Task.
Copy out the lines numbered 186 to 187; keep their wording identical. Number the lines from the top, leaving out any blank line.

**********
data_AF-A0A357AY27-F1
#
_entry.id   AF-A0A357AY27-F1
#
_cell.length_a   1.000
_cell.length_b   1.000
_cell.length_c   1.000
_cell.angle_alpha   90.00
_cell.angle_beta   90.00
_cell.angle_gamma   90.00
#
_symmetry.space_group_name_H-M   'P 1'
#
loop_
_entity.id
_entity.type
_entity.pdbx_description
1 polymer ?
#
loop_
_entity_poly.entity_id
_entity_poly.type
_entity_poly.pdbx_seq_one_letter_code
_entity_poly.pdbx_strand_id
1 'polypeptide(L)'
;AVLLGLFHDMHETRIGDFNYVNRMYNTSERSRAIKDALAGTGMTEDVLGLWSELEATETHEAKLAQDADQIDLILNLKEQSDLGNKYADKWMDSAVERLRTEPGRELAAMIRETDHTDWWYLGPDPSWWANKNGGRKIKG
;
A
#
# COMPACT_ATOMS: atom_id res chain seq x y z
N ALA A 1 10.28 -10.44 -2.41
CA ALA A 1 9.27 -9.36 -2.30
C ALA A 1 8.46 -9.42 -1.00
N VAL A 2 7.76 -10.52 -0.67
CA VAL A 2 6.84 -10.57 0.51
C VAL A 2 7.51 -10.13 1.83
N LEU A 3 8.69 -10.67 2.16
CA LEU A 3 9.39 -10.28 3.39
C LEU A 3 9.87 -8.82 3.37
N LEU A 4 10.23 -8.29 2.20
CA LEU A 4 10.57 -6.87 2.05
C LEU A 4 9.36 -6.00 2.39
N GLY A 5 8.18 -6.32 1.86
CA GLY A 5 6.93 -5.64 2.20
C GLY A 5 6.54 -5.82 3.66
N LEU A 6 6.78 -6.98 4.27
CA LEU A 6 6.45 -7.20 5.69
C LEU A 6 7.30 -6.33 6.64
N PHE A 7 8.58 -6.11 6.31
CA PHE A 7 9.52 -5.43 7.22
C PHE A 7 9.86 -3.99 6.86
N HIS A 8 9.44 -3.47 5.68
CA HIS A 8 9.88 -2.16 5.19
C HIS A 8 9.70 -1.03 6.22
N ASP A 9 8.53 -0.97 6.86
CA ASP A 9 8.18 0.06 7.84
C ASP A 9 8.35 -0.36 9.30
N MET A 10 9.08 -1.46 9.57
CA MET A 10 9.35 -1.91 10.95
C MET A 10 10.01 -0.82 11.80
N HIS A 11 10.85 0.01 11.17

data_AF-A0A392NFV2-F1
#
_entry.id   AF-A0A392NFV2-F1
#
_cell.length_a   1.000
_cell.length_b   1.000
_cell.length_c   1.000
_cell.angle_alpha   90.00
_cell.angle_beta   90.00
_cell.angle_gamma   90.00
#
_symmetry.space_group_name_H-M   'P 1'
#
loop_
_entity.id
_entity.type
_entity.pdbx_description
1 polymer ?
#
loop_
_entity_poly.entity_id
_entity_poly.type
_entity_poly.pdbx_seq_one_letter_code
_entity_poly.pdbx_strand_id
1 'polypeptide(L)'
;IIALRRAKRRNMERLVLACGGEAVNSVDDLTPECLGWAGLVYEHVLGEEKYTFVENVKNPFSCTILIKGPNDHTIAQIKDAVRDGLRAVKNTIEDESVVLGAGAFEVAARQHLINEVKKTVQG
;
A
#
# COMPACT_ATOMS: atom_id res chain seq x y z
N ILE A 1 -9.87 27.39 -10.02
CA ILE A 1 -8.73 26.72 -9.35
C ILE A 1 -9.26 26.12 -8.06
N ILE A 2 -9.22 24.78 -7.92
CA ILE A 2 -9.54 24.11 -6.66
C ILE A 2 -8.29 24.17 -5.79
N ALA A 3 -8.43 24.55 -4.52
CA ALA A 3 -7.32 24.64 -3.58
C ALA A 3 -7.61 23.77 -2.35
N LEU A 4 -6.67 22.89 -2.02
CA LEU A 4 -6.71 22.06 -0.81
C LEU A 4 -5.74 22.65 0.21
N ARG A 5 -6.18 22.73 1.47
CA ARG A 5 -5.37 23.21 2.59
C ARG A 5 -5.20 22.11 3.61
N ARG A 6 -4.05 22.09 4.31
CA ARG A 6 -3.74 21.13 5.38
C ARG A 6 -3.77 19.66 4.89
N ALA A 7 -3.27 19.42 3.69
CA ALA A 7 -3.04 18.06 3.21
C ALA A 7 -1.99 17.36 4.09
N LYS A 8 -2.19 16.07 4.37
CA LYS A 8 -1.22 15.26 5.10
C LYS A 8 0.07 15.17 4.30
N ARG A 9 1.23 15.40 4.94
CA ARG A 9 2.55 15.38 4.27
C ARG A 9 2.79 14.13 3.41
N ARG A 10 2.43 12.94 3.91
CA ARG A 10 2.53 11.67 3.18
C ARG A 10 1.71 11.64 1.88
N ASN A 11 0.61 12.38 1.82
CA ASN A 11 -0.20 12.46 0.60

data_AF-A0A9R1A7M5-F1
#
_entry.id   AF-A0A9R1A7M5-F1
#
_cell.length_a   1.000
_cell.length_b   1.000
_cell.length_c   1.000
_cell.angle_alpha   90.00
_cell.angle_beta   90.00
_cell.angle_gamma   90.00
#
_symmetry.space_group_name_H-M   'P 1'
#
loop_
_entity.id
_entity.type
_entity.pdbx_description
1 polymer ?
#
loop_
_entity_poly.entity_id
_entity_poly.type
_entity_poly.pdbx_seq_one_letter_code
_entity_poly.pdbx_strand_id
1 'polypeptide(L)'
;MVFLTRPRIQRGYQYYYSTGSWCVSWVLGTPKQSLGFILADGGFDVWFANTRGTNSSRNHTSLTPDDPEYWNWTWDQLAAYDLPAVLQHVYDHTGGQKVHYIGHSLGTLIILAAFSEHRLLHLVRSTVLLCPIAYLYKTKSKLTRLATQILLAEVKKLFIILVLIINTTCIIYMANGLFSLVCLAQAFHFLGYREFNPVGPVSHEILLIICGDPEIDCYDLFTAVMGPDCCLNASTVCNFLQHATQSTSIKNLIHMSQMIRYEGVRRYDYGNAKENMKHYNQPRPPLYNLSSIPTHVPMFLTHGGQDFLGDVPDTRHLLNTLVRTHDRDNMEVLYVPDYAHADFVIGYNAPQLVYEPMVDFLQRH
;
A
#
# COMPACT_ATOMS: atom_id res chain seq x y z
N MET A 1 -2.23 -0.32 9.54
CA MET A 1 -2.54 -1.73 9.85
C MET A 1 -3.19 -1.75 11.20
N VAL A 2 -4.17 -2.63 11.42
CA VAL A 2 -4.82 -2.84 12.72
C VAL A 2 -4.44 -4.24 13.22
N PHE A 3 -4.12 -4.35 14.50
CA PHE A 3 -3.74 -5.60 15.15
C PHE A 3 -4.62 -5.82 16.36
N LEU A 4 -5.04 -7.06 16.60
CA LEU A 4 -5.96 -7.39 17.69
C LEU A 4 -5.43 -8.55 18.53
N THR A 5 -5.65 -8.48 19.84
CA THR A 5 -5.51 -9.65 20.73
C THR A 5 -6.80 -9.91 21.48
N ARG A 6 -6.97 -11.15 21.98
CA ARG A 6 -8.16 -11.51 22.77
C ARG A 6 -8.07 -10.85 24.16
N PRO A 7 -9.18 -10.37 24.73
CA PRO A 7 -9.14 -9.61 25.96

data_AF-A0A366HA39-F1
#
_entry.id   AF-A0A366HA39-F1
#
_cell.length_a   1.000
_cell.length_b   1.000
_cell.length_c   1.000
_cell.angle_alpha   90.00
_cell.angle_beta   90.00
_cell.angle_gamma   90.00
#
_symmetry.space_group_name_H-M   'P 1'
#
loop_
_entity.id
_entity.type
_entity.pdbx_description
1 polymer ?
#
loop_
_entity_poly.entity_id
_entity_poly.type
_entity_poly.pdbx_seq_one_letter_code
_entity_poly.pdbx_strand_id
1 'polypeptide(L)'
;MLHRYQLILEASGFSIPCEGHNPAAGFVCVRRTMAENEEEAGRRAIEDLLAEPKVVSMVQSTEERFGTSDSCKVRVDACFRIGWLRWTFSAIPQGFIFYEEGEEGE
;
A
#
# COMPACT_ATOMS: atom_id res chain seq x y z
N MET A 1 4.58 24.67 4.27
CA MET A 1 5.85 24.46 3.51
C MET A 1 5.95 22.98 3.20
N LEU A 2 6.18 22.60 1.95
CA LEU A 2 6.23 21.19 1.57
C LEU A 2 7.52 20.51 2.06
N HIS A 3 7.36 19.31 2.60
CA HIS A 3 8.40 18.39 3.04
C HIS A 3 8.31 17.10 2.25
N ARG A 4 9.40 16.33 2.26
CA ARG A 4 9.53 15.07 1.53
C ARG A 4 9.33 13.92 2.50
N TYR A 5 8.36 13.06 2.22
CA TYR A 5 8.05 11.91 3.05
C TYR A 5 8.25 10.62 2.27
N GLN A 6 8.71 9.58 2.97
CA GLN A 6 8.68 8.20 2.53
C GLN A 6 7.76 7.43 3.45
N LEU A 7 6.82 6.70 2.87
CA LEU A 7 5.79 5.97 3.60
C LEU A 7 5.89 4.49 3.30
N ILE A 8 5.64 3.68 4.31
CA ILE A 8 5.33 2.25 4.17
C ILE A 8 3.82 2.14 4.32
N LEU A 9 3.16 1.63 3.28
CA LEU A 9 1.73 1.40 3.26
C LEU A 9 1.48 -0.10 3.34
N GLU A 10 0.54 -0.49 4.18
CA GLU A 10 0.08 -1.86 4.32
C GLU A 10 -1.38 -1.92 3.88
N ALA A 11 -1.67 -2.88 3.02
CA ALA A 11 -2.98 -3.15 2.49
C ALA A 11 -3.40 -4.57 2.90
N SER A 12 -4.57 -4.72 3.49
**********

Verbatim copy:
#
loop_